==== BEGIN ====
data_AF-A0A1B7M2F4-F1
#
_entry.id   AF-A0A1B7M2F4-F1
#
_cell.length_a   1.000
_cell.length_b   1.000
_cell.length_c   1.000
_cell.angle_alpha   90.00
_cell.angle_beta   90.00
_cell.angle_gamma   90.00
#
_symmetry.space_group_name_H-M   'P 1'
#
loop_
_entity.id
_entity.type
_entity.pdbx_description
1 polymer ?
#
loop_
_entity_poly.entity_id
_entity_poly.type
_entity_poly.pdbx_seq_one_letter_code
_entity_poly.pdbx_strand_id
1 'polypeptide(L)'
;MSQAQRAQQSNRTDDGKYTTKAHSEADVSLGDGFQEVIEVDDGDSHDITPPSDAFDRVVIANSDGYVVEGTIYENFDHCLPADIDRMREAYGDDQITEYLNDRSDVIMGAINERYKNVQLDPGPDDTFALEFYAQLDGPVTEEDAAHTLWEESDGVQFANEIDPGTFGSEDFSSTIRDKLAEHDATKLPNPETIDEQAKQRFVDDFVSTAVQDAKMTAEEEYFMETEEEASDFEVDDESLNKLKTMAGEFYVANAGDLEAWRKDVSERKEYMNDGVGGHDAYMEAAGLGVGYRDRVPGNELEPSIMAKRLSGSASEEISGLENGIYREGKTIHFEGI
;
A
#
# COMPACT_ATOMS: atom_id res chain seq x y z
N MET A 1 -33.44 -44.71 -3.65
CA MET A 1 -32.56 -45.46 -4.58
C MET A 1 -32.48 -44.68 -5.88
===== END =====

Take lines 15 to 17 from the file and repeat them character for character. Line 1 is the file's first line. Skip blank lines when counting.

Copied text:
_entity.id
_entity.type
_entity.pdbx_description